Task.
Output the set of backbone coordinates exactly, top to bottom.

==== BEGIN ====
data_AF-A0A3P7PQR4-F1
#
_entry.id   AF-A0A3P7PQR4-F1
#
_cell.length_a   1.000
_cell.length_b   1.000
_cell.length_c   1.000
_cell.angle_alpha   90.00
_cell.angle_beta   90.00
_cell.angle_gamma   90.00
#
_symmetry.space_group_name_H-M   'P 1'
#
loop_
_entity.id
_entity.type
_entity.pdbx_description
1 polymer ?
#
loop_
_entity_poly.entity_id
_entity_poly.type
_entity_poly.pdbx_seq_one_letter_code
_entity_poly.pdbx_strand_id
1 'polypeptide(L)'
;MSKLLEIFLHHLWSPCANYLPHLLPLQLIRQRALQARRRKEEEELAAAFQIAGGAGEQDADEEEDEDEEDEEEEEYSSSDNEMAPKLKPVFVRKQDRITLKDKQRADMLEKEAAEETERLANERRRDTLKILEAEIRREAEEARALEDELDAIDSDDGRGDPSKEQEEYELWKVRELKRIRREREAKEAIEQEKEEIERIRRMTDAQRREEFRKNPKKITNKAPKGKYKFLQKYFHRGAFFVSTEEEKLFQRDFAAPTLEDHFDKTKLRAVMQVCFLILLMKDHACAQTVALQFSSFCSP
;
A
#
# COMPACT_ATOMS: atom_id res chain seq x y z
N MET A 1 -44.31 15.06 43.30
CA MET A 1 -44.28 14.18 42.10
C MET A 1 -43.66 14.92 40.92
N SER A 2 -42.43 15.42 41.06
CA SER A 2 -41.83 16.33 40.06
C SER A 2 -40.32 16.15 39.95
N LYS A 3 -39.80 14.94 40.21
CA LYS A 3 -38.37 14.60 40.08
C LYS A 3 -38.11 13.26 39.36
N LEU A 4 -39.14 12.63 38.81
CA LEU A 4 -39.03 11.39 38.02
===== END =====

data_AF-A0A3P7PQR4-F1
#
_entry.id   AF-A0A3P7PQR4-F1
#
_cell.length_a   1.000
_cell.length_b   1.000
_cell.length_c   1.000
_cell.angle_alpha   90.00
_cell.angle_beta   90.00
_cell.angle_gamma   90.00
#
_symmetry.space_group_name_H-M   'P 1'
#
loop_
_entity.id
_entity.type
_entity.pdbx_description
1 polymer ?
#
loop_
_entity_poly.entity_id
_entity_poly.type
_entity_poly.pdbx_seq_one_letter_code
_entity_poly.pdbx_strand_id
1 'polypeptide(L)'
;MSKLLEIFLHHLWSPCANYLPHLLPLQLIRQRALQARRRKEEEELAAAFQIAGGAGEQDADEEEDEDEEDEEEEEYSSSDNEMAPKLKPVFVRKQDRITLKDKQRADMLEKEAAEETERLANERRRDTLKILEAEIRREAEEARALEDELDAIDSDDGRGDPSKEQEEYELWKVRELKRIRREREAKEAIEQEKEEIERIRRMTDAQRREEFRKNPKKITNKAPKGKYKFLQKYFHRGAFFVSTEEEKLFQRDFAAPTLEDHFDKTKLRAVMQVCFLILLMKDHACAQTVALQFSSFCSP
;
A
#
# COMPACT_ATOMS: atom_id res chain seq x y z
N MET A 1 -44.31 15.06 43.30
CA MET A 1 -44.28 14.18 42.10
C MET A 1 -43.66 14.92 40.92
N SER A 2 -42.43 15.42 41.06
CA SER A 2 -41.83 16.33 40.06
C SER A 2 -40.32 16.15 39.95
N LYS A 3 -39.80 14.94 40.21
CA LYS A 3 -38.37 14.60 40.08
C LYS A 3 -38.11 13.26 39.36
N LEU A 4 -39.14 12.63 38.81
CA LEU A 4 -39.03 11.39 38.02